AKA MissD

Roughly halfway through her show, Miss D asks us- “So, has anyone else had Chemical Weapons training?”. For an hour, throwaway comments about life in Israel come out in much the same way- great fistfuls of anecdotes from a life shockingly foreign to our drizzly city are passed off as just another day of compulsory military service. Daphna Baram (AKA Miss D) is an Israeli, and acknowledges the elephant in the room before rugby tackling it to the ground and joking it into submission.

Daphna Baram (AKA Miss D) is an Israeli, and acknowledges the elephant in the room before rugby tackling it to the ground and joking it into submission.

In amongst the apologies on behalf of everyone involved are stories about Baram's own personal part in the Israel-Gaza conflict, from human rights lawyer (with largely Palestinian clients) to the gigging London-based comedian we see before us, and all in a way that tickles the funny-bone without ever being dismissive. This casual, conversational delivery, which we might expect around a discussion of her London home or the perils of online dating, brings certain parts of the conflict closer to home, making this not only a wonderful and hilarious performance, but an important one.

While your average comedian will moan about that horrible first date or bemoan their toaster, Baram will tell you how to survive a heart attack, then recount the time her state-issued gun was confiscated for her own safety. The more familiar aspects of life, too, from the impossibilities of dating to the effects of age and the experience of the Festival, are approached with the same warmth and unflappable humour. It's hard to find fault in Baram's performance, and even when the shock value is gone, we are drawn in by her quick wit and fearless storytelling. Baram's famed alter ego Miss D still forces her to do the mad, the bad, and the very inadvisable, and it is with great presence and timing that she tells us about them all, regardless of any political intrigue.

Reviews by Jenni Ajderian

Just The Tonic at the Caves

Afternoon Delight

★★★
Citrus Club

Gower Rangers

★★★
Southsider

An Introduction to Twerking

★★★★
Stand in the Square

Keep the Kids Out!

★★★★
Sweet Grassmarket

The Universal Recipe

★★★★

Since you’re here…

… we have a small favour to ask. We don't want your money to support a hack's bar bill at Abattoir, but if you have a pound or two spare, we really encourage you to support a good cause. If this review has either helped you discover a gem or avoid a turkey, consider doing some good that will really make a difference.

You can donate to the charity of your choice, but if you're looking for inspiration, there are three charities we really like.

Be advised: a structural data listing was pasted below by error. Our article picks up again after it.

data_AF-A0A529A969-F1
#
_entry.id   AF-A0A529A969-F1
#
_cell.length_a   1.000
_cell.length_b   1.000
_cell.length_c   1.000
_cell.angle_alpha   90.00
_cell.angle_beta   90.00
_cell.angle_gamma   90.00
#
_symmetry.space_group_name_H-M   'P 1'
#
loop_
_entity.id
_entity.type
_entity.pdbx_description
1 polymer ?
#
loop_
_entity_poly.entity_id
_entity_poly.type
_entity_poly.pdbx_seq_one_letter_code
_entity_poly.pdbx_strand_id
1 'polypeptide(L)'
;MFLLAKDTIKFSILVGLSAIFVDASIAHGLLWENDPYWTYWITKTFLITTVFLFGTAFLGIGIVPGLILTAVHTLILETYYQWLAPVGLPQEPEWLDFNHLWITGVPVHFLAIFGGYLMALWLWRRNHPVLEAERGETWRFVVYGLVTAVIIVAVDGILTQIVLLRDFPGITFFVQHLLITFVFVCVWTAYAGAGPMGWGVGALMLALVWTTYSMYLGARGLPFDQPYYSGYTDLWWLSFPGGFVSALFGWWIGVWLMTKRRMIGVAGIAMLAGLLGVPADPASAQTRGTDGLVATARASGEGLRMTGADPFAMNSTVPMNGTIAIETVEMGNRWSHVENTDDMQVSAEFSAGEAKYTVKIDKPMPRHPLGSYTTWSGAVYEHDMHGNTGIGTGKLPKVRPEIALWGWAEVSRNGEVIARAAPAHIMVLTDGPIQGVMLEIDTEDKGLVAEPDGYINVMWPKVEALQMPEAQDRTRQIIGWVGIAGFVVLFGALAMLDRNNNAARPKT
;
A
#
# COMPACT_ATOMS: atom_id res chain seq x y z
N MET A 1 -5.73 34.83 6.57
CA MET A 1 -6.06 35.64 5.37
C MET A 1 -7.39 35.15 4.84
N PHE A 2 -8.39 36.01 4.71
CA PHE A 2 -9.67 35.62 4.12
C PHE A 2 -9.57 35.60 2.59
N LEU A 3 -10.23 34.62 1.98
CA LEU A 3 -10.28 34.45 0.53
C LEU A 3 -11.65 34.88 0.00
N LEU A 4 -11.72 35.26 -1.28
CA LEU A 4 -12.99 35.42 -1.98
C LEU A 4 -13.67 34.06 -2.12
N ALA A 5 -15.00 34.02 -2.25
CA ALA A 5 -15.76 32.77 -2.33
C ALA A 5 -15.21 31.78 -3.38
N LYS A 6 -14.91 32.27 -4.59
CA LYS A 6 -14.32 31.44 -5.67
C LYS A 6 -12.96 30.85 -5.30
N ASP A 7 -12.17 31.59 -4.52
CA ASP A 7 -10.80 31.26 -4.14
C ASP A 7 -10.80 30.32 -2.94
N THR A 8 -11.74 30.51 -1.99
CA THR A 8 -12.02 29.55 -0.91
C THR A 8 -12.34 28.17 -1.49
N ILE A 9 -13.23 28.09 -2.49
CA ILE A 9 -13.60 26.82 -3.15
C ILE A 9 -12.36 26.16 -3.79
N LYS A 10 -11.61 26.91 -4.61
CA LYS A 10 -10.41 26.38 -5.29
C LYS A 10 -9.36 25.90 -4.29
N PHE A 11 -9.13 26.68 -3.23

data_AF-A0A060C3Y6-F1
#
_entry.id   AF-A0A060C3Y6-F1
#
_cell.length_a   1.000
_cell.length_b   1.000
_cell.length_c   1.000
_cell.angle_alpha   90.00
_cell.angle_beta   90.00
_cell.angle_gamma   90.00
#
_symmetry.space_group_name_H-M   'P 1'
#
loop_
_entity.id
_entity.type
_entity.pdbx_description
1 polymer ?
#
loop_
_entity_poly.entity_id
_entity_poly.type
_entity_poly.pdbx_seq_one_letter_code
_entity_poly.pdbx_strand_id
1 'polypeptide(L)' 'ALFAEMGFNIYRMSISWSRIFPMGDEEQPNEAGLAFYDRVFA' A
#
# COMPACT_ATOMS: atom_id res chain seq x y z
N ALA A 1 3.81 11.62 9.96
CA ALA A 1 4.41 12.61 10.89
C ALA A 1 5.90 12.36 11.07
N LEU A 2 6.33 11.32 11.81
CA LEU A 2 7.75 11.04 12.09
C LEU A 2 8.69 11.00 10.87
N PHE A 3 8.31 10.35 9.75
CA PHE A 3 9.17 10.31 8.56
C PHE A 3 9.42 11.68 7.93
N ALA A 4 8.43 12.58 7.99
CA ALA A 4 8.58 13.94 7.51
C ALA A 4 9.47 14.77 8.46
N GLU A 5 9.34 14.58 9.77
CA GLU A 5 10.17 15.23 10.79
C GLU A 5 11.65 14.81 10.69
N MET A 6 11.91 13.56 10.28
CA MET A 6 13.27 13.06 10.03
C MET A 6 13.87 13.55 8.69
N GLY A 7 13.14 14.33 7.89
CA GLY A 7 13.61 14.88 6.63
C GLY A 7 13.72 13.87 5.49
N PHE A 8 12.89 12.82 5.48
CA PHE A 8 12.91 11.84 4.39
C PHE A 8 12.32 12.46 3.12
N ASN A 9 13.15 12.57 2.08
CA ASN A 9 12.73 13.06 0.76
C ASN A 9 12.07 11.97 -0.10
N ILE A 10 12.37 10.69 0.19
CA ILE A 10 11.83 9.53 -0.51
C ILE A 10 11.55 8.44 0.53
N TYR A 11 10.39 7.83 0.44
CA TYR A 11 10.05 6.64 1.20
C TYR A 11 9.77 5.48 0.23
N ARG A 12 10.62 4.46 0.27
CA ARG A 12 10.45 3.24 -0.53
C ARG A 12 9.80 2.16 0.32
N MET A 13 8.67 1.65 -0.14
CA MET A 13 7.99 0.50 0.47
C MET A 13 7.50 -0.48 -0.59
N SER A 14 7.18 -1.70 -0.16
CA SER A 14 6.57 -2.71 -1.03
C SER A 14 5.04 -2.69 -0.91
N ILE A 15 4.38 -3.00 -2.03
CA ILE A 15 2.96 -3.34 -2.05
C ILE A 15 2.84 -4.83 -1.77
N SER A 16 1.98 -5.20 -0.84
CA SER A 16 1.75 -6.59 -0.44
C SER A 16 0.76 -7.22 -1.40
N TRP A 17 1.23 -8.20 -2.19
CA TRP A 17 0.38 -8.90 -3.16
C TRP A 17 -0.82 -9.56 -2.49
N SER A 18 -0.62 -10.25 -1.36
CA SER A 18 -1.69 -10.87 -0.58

Mama Biashara
Kate Copstick’s charity, Mama Biashara, works with the poorest and most marginalised people in Kenya. They give grants to set up small, sustainable businesses that bring financial independence and security. That five quid you spend on a large glass of House White? They can save someone’s life with that. And the money for a pair of Air Jordans? Will take four women and their fifteen children away from a man who is raping them and into a new life with a moneymaking business for Mum and happiness for the kids.
Donate to Mama Biashara now

Theatre MAD
The Make A Difference Trust fights HIV & AIDS one stage at a time. Their UK and International grant-making strategy is based on five criteria that raise awareness, educate, and provide care and support for the most vulnerable in society. A host of fundraising events, including Bucket Collections, Late Night Cabarets, West End Eurovision, West End Bares and A West End Christmas continue to raise funds for projects both in the UK and Sub-Saharan Africa.
Donate to Theatre MAD now

Acting For Others
Acting for Others provides financial and emotional support to all theatre workers in times of need through the 14 member charities. During the COVID-19 crisis Acting for Others have raised over £600,000 to support theatre workers affected by the pandemic.
Donate to Acting For Others now

Performances

Location

The Blurb

Enjoy your first heart attack, dress for a suicide bombing, respond when your date wants to clean your house in the nude. Why is it hard to take one human life with an Uzi? Who is the most difficult client for a human rights lawyer? What to do when your brain screams ‘get out’ but your alter-ego is already in it up to her tits? Daphna Baram, an Israeli comedian, lawyer, journalist, cardiac patient, and lifestyle guru tells it like it is. 'A rollicking show' (HuffingtonPost.co.uk). 'Loud and vivacious' (ThreeWeeks).

Most Popular See More

The Lion King

From £36.00

More Info

Find Tickets

Anything Goes

From £30.00

More Info

Find Tickets

Wicked

From £24.00

More Info

Find Tickets

The Play That Goes Wrong

From £24.00

More Info

Find Tickets

Come From Away

From £24.00

More Info

Find Tickets

Matilda the Musical

From £24.00

More Info

Find Tickets